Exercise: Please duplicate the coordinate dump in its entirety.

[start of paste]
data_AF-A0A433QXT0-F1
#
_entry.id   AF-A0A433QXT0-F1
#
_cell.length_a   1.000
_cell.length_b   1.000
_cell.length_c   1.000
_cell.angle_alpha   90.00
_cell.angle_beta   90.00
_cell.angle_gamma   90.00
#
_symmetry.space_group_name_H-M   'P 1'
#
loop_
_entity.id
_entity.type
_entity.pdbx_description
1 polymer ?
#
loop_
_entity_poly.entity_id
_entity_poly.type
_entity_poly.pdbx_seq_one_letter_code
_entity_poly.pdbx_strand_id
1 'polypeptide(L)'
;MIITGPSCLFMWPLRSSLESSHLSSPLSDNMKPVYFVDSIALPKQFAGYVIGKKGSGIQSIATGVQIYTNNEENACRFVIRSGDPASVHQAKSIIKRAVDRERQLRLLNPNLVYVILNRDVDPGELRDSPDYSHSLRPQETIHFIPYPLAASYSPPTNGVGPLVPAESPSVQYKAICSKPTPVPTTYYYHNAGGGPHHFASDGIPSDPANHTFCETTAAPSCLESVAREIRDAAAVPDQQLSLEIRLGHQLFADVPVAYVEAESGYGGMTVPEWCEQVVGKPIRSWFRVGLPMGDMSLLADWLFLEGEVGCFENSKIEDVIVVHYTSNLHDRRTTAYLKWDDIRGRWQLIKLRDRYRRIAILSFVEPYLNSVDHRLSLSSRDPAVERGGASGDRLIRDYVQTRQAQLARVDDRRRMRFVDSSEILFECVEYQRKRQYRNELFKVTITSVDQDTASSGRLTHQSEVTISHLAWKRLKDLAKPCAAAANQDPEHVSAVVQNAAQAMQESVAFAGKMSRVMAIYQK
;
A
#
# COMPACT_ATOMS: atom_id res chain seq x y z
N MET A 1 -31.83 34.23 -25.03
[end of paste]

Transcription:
data_AF-A0A433QXT0-F1
#
_entry.id   AF-A0A433QXT0-F1
#
_cell.length_a   1.000
_cell.length_b   1.000
_cell.length_c   1.000
_cell.angle_alpha   90.00
_cell.angle_beta   90.00
_cell.angle_gamma   90.00
#
_symmetry.space_group_name_H-M   'P 1'
#
loop_
_entity.id
_entity.type
_entity.pdbx_description
1 polymer ?
#
loop_
_entity_poly.entity_id
_entity_poly.type
_entity_poly.pdbx_seq_one_letter_code
_entity_poly.pdbx_strand_id
1 'polypeptide(L)'
;MIITGPSCLFMWPLRSSLESSHLSSPLSDNMKPVYFVDSIALPKQFAGYVIGKKGSGIQSIATGVQIYTNNEENACRFVIRSGDPASVHQAKSIIKRAVDRERQLRLLNPNLVYVILNRDVDPGELRDSPDYSHSLRPQETIHFIPYPLAASYSPPTNGVGPLVPAESPSVQYKAICSKPTPVPTTYYYHNAGGGPHHFASDGIPSDPANHTFCETTAAPSCLESVAREIRDAAAVPDQQLSLEIRLGHQLFADVPVAYVEAESGYGGMTVPEWCEQVVGKPIRSWFRVGLPMGDMSLLADWLFLEGEVGCFENSKIEDVIVVHYTSNLHDRRTTAYLKWDDIRGRWQLIKLRDRYRRIAILSFVEPYLNSVDHRLSLSSRDPAVERGGASGDRLIRDYVQTRQAQLARVDDRRRMRFVDSSEILFECVEYQRKRQYRNELFKVTITSVDQDTASSGRLTHQSEVTISHLAWKRLKDLAKPCAAAANQDPEHVSAVVQNAAQAMQESVAFAGKMSRVMAIYQK
;
A
#
# COMPACT_ATOMS: atom_id res chain seq x y z
N MET A 1 -31.83 34.23 -25.03